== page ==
130 ANNE OF GREEN GABLES
it, neither; you're making excuses for her all the time to yourself—I can see that."
"Well now, she's such a little thing," feebly reiterated Matthew. "And there should be allowances made, Marilla. You know she's never had any bringing up."
"Well, she's having it now," retorted Marilla.
The retort silenced Matthew if it did not convince him: That dinner was a very dismal meal. The only cheerful thing about it was Jerry Buote, the hired boy, and Marilla resented his cheerfulness as a personal insult.
When her dishes were washed and her bread sponge set and her hens fed Marilla remembered that she had noticed a small rent in her best black lace shawl when she had taken it off on Monday afternoon on returning from the Ladies' Aid. She would go and mend it.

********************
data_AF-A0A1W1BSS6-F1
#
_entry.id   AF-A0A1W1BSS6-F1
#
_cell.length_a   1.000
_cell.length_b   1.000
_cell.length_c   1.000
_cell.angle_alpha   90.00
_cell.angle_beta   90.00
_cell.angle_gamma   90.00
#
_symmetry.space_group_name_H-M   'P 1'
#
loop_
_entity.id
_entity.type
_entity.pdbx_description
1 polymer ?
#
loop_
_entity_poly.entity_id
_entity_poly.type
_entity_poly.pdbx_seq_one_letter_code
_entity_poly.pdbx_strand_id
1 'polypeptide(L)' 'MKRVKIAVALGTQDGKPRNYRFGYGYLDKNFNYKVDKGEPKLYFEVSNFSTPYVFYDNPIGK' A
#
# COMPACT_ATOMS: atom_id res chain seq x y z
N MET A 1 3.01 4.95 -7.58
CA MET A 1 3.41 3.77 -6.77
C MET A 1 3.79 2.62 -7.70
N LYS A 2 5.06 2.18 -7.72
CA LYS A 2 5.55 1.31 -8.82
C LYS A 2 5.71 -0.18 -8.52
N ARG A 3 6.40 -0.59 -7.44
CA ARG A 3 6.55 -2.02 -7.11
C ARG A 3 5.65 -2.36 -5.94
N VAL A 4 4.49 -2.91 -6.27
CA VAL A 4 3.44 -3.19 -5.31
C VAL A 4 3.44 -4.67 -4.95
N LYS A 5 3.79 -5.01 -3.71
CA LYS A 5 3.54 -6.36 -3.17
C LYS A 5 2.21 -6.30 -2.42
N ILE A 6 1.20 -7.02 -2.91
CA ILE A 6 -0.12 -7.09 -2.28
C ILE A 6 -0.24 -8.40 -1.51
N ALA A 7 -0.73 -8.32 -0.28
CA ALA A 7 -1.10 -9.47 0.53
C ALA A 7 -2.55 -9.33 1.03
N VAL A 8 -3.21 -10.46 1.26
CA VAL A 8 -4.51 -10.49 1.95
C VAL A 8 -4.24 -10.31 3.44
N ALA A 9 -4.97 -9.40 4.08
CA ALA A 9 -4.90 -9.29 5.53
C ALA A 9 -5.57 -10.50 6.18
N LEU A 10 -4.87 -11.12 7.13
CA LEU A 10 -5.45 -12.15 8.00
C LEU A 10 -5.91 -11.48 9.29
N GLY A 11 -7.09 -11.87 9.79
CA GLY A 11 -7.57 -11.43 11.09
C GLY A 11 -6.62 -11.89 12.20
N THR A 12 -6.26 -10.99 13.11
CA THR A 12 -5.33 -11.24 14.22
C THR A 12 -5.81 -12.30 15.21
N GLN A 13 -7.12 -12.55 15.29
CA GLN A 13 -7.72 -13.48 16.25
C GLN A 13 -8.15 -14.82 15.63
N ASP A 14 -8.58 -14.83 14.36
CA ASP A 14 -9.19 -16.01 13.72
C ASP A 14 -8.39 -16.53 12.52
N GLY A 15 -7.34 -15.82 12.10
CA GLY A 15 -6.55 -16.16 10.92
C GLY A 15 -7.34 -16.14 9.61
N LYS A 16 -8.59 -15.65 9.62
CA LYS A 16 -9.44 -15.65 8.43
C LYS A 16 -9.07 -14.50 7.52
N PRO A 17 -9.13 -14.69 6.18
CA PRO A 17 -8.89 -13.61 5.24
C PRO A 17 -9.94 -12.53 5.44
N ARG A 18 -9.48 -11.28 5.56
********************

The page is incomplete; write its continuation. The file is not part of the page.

The shawl was in a box in her trunk. As Marilla lifted it out, the sunlight, falling through the vines that clustered thickly about the window, struck upon something caught in the shawl—something that glittered and sparkled in facets of violet light. Marilla snatched at it with a gasp. It was the amethyst brooch, hanging to a thread of the lace by its catch!
"Dear life and heart," said Marilla blankly, "what does this mean? Here's my brooch safe and sound that I thought was at the bottom of Barry's pond. Whatever did that girl mean by saying she took it and lost it ? I declare I believe Green Gables is bewitched. I remember now that when I took off my shawl Monday afternoon I laid it on the bureau for a minute. I suppose the brooch got caught in it somehow. Well!"